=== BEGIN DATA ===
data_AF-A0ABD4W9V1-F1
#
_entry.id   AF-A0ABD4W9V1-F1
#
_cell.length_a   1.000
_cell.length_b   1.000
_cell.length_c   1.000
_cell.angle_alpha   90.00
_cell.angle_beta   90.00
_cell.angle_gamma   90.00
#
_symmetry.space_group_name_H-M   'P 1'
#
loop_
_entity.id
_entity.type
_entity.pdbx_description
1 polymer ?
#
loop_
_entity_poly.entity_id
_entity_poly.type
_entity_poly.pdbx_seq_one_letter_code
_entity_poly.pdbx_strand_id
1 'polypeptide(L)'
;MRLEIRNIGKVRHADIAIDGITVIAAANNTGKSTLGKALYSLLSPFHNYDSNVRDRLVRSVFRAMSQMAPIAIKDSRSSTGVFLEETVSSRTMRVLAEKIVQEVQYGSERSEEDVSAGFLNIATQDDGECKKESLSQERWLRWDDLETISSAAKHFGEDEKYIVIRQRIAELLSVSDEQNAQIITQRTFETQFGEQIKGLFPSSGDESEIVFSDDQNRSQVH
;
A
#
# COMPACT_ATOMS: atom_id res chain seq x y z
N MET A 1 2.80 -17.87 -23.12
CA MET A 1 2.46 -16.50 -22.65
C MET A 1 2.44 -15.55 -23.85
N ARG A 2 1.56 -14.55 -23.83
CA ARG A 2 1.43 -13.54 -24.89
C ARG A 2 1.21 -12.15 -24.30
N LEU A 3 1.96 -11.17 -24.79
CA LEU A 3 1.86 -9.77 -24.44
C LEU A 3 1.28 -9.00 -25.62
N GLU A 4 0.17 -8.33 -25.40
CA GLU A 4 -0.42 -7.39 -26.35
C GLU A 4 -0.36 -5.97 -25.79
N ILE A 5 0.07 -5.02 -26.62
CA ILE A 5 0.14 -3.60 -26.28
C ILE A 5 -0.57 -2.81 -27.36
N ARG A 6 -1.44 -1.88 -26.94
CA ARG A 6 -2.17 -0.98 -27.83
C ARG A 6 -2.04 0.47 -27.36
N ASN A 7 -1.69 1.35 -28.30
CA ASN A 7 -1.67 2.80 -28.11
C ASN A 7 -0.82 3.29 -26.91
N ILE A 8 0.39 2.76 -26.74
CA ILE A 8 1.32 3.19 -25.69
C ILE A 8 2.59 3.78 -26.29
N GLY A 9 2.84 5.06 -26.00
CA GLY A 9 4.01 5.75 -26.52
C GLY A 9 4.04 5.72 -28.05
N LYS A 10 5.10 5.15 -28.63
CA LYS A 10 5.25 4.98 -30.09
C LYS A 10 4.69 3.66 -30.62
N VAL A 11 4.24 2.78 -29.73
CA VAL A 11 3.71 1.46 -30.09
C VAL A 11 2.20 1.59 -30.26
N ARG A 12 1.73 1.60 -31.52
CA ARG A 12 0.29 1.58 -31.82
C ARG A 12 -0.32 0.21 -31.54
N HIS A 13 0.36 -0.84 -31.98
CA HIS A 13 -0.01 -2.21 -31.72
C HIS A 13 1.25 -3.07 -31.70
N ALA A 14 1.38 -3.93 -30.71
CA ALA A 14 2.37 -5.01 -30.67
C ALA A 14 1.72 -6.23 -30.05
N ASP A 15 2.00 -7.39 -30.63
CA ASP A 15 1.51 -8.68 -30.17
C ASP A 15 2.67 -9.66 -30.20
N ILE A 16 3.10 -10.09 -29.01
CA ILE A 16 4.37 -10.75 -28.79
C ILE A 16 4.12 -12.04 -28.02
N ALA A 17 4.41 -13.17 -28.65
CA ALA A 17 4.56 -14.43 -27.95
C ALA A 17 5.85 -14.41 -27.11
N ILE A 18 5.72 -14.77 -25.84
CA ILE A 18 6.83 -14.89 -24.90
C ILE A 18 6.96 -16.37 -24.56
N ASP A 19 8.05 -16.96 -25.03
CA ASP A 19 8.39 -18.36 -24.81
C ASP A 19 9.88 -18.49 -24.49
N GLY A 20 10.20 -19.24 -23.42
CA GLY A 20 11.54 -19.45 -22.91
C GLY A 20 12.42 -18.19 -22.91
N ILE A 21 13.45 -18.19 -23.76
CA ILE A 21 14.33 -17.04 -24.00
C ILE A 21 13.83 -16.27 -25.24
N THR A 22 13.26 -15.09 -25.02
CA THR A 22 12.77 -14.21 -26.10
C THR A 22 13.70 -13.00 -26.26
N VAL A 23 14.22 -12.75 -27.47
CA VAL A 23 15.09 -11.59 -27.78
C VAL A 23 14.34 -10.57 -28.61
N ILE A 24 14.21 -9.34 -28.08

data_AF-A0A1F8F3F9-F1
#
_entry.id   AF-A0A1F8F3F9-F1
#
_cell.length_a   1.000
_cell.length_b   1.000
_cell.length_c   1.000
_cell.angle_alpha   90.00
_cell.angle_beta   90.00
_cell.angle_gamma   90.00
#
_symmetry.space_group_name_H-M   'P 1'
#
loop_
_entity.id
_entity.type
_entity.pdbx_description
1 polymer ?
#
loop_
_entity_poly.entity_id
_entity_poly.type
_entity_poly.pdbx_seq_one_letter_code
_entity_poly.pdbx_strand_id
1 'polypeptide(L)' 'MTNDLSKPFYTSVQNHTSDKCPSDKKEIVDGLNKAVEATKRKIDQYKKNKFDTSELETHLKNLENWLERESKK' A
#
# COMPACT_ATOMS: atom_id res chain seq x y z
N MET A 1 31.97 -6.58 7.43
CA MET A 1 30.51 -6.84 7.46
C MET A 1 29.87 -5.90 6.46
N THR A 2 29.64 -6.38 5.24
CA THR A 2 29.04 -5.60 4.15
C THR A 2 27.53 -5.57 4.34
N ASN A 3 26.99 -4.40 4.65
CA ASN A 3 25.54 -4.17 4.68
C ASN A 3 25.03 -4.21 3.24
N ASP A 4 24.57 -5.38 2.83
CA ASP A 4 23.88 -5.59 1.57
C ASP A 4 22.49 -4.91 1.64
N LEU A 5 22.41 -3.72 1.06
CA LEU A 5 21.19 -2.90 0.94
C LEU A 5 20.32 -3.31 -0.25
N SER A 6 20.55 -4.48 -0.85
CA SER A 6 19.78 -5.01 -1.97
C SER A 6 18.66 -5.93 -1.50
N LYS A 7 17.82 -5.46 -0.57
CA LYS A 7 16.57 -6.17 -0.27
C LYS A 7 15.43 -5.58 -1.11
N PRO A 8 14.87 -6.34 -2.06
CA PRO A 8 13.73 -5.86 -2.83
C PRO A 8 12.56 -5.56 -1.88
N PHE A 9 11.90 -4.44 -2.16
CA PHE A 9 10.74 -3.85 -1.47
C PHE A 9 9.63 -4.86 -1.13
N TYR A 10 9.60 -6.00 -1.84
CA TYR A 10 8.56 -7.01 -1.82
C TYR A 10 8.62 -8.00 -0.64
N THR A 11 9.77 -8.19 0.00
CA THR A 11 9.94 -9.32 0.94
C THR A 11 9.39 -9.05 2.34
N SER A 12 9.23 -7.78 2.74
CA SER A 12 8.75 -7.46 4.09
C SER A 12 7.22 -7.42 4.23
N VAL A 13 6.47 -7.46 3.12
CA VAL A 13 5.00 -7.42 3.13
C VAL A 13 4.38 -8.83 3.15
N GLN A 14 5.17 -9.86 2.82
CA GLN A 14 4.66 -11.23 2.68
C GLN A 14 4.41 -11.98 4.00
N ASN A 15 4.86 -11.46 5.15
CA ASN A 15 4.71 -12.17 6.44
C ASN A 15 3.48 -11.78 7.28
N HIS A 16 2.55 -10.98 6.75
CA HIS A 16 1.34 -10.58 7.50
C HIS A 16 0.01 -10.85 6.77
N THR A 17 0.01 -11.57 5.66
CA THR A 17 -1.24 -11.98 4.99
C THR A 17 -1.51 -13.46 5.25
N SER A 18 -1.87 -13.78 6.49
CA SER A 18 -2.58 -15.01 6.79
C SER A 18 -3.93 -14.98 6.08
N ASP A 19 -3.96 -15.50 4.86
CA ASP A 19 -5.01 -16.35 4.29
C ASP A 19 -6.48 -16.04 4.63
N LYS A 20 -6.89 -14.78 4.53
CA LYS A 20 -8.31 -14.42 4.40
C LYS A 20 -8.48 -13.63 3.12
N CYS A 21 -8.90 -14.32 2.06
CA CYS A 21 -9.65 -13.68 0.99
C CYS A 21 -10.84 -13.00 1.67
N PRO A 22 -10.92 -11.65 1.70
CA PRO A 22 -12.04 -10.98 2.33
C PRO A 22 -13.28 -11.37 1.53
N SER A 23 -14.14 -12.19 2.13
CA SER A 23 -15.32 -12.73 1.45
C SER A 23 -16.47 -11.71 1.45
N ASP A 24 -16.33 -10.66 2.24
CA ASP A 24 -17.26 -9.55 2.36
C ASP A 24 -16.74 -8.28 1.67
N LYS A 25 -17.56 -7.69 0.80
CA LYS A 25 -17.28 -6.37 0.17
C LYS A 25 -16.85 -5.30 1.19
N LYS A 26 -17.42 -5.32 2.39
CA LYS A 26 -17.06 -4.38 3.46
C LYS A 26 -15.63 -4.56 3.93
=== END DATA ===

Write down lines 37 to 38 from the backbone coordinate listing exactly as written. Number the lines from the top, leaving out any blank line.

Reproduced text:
N LEU A 3 1.96 -11.17 -24.79
CA LEU A 3 1.86 -9.77 -24.44